News

  • Plyometric Workouts for Cyclists and Triathletes

    Cyclists, mountain bikers and triathletes are often hesitant to try plyometrics because they don’t know where to begin. In this blog, I’ll give you a basic floor routine that you can use to get started. Also included are instructions for more advanced athletes.

     

    General Instructions for All Plyometric Workouts

     

    Plyometric workouts need to be done on a good jumping surface. Concrete or other very hard floors should be avoided. Also, a good pair of crosstraining or court shoes should be used for plyometric (plyo) workouts.

    Warm-up 10 to 20 minutes on a bike or running before starting a plyo workout. After your warm-up, do plyos first, then weights. (Typically the PE phase if you’re following one of my training plans). When jumping, imagine energy is stored in your legs, like a spring. On the four-square plyos, accuracy is first, then speed.

    Taping two pieces of athletic tape together, sticky side to sticky side can make a portable four-square. You can take the square to the basketball court or workout room floor at your local gym. Or, a square can be made on the floor by simply taping the pattern on flat carpeting or a wooden floor.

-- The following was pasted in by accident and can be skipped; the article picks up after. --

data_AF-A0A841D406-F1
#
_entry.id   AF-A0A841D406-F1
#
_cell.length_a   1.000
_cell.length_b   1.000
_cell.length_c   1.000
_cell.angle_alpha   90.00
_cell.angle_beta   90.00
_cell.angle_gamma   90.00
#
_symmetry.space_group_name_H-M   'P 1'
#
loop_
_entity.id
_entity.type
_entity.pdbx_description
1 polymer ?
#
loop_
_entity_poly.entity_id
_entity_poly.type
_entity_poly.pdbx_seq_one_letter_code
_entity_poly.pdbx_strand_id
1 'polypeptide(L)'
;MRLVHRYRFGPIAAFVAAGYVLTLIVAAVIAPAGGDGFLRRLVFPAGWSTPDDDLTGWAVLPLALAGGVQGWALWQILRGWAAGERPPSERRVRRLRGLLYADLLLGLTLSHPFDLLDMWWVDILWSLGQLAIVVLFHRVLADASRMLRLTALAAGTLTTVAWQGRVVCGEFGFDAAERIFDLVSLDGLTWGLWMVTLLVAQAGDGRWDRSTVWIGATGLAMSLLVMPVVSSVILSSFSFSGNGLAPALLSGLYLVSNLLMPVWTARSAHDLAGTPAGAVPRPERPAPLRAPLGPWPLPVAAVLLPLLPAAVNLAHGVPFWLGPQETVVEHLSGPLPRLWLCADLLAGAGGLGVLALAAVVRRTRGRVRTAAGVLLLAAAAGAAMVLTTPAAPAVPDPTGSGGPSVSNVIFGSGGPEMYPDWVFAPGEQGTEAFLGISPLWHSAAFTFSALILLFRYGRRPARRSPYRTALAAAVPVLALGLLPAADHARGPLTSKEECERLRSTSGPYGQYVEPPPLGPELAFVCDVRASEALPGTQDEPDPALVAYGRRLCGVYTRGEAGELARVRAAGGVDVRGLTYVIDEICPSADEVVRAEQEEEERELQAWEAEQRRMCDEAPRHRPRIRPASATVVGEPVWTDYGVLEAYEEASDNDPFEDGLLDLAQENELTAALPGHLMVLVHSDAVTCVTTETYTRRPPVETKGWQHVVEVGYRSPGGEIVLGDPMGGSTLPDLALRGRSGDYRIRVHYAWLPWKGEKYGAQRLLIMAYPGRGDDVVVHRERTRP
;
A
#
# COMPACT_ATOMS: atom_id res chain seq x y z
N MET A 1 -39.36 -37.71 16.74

For counting on the four-square, if the pattern calls for square 1 to 2, a count of "one" is when your feet return to square 1. On the boxes, a count of "one" is when your feet land on the top of the box. For jumping rope, "one"' is each time your feet strike the ground.

    On the boxes, draw the knees towards your chin and avoid bending your torso towards your knees. Summons the power from your legs. After landing on the box or on the ground, try to get off of that surface as quickly as possible. The movements are fast and powerful – yet control and safety are important.

    Rest between jumps, until you are fully recovered – about one to three minutes. For example, Week 1 on the box plyos, jump 15 times on the four- inch box, rest two minutes, then jump 15 times again. When doing single leg jumps, alternate right leg, then left leg. Don’t do all right leg sets before going to the left leg. Rest two or three minutes after both legs have completed one set.

    Record the time it takes to complete each jump drill in the blank provided. (ex: 6-inch box, both legs   -     20 sec).

    Athletes just beginning plyometrics should do the lower number of sets indicated and start with the four-square or rope-jumping. Another option is to cut the number of jumps in half.

    Intermediate plyo athletes can either do the higher number of sets on the four-square or move to box-jumping. Again, if just beginning to work with boxes, do the lower number of sets indicated.

    Advanced athletes can move to plyometrics two days per week, one day of four-square and one day of boxes Be sure to separate workouts separated by at least 48 hours.

               

     

     

     

     

     

    This routine has been reprinted with permission from Training Plans for Multisport Athletes.

  • ← Next Post Previous Post →
  • Leave a comment